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Powassan Encephalitis: New Tick Virus Worse Than Lyme Disease?

Powassan Encephalitis: New Tick Virus Worse Than Lyme Disease?

A Ixodes scapularis or a deer tick that causes fatal illnesses like Lyme disease and the new Powassan encephalitis | REUTERS/Centers for Disease Control and Prevention

A new tick-borne disease called the Powassan encephalitis caused by the Powassan virus is feared to be stronger compared to the infectious Lyme disease.

According to reports, the Powassan encephalitis could be more fatal compared to Lyme disease, since half those who managed to survive tend to suffer from permanent brain damage while as much as 10 percent of its cases turn fatal.

Reports also reveal that the first case of the disease was discovered in Powassan, Ontario back in 1959, but only a handful of these cases were reported within the areas in southern Canada and other neighboring areas in the U.S. However, more victims were recorded in the northern part in the past 10 years, with 13 cases claiming the lives of three people in Massachusetts were reported during the past three years.

Due to the onset of a severe tick season this summer, other reports claim cases of tick-borne illnesses are expected to surge in the coming days.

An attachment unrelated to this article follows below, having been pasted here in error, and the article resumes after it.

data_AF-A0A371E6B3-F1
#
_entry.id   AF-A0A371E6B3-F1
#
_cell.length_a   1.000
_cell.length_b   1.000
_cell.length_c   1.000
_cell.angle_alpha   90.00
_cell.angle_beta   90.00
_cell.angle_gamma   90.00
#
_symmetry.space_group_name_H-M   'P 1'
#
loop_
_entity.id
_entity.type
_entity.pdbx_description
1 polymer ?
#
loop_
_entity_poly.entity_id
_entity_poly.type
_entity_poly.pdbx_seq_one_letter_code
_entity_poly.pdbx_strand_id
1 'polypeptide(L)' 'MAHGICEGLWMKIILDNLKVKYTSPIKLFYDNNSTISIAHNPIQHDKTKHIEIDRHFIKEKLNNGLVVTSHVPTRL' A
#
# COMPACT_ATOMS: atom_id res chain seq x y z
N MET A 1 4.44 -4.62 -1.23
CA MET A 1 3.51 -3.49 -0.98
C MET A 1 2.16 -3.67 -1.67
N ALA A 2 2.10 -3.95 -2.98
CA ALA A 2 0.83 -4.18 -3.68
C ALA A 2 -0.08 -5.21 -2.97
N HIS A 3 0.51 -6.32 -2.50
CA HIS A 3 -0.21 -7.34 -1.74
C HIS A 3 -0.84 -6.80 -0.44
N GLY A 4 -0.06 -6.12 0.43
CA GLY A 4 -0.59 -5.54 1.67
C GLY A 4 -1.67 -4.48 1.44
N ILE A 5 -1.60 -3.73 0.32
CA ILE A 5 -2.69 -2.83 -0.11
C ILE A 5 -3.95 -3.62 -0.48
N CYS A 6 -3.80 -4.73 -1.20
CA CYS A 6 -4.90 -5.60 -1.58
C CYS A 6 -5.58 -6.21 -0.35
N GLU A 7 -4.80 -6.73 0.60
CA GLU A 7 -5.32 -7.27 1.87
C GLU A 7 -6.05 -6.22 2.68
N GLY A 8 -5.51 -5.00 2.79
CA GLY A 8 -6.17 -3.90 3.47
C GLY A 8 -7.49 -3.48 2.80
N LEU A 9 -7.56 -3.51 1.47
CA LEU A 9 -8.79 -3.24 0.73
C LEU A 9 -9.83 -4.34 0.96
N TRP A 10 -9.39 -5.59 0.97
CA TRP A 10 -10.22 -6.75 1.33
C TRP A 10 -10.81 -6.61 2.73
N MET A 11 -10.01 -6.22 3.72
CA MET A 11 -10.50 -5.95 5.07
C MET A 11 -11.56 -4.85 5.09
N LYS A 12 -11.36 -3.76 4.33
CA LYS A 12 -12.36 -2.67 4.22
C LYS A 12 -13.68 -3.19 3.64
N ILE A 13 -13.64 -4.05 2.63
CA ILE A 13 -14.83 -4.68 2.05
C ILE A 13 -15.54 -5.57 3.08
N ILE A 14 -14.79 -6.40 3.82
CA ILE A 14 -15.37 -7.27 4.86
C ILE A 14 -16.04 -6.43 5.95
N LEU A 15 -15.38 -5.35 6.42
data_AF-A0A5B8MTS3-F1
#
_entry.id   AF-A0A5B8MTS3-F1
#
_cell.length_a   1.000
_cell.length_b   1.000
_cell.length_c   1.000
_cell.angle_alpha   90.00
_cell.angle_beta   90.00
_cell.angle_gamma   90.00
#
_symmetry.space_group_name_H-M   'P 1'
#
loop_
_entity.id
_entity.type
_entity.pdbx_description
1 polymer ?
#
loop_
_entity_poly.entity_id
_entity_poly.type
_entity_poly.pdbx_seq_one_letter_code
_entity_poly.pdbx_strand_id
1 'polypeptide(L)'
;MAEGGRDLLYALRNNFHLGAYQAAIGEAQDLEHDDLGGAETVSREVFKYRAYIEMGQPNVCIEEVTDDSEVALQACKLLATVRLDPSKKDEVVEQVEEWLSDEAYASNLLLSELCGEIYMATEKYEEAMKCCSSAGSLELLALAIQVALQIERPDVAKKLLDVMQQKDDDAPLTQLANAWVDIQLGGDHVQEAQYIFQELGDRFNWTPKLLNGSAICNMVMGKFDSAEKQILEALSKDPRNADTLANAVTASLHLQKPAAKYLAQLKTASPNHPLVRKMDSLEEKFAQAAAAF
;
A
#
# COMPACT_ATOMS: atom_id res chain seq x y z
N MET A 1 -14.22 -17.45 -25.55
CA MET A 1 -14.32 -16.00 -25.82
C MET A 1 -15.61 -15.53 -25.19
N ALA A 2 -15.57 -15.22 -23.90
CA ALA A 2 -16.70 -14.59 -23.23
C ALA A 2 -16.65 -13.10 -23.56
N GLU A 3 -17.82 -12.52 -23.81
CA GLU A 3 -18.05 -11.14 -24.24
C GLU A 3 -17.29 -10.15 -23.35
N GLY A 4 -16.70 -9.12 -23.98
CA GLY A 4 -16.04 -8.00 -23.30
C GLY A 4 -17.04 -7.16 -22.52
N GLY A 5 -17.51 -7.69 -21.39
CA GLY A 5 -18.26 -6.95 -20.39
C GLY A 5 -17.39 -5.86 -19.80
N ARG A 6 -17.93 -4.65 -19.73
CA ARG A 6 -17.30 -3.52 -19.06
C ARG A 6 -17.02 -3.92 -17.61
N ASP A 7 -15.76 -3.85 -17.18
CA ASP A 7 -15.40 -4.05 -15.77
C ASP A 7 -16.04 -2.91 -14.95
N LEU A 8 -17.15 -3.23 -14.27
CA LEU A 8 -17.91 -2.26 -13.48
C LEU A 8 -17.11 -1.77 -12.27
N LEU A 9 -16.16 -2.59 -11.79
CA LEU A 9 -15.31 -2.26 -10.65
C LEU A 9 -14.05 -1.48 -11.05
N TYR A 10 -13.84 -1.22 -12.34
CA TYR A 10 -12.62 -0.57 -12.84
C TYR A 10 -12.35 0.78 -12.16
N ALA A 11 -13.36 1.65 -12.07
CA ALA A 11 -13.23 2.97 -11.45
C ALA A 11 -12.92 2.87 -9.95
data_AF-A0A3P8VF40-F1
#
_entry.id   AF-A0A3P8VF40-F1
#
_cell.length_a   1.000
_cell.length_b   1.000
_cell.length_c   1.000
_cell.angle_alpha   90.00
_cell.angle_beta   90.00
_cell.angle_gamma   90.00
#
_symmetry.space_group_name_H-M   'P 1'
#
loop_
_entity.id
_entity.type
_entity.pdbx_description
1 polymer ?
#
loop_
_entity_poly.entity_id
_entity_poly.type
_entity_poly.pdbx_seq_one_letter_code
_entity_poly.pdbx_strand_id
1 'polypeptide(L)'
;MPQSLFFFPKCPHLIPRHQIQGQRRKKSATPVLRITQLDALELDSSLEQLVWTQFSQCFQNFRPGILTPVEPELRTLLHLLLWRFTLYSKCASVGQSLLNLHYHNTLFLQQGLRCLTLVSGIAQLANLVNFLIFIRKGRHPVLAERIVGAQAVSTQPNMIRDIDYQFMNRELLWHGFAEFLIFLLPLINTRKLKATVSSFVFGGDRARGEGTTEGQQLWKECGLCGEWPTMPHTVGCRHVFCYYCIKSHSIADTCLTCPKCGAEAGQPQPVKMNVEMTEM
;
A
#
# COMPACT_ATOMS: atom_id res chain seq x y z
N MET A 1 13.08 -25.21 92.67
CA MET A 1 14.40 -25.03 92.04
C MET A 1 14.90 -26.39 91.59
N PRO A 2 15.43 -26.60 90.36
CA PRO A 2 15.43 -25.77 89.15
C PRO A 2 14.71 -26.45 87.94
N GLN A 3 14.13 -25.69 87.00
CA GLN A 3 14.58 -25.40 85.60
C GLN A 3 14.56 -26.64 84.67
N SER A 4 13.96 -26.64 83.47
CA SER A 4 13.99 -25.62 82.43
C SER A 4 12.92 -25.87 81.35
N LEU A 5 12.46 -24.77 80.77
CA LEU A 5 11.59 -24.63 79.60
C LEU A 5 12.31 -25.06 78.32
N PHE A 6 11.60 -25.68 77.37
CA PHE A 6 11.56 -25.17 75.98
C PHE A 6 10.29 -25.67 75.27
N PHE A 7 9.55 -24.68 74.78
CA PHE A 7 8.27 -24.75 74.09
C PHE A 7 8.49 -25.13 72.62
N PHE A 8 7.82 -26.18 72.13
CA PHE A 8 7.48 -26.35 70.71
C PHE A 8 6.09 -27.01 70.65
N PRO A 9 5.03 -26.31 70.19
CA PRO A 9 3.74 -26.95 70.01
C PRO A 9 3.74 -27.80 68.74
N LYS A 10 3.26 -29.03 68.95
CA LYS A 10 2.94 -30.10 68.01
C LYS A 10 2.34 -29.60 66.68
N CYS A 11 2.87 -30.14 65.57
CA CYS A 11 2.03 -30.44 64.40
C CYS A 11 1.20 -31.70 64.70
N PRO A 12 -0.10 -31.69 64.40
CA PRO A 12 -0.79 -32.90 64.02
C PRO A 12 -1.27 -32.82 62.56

"This spring definitely seems worse than others I remember," Dr. Catherine Wiley, the chief of general pediatrics at Connecticut Children's Medical Center, said in a statement. "People are coming in from the yard with numerous ticks on them."

Because of its possible danger, U.S. Senate Minority Leader Charles E. Schumer reportedly advised the U.S. Department of Health and Human Services to increase their efforts to eradicate both the Lyme disease and the Powassan encephalitis.

"In times like these, it is imperative that we do all that we can to halt the continued spread of these tick-borne diseases," the senator stated. "That's why I am urging HHS Secretary Tom Price to fully implement the already-passed legislation within the 21st Century Cures Act, to ensure that we are making a sufficient attempt at ridding ourselves of these persistent diseases."

While actions regarding the complete eradication of tick-borne diseases are still being experimented, people were advised to be extra careful and avoid being bitten by ticks in their areas.


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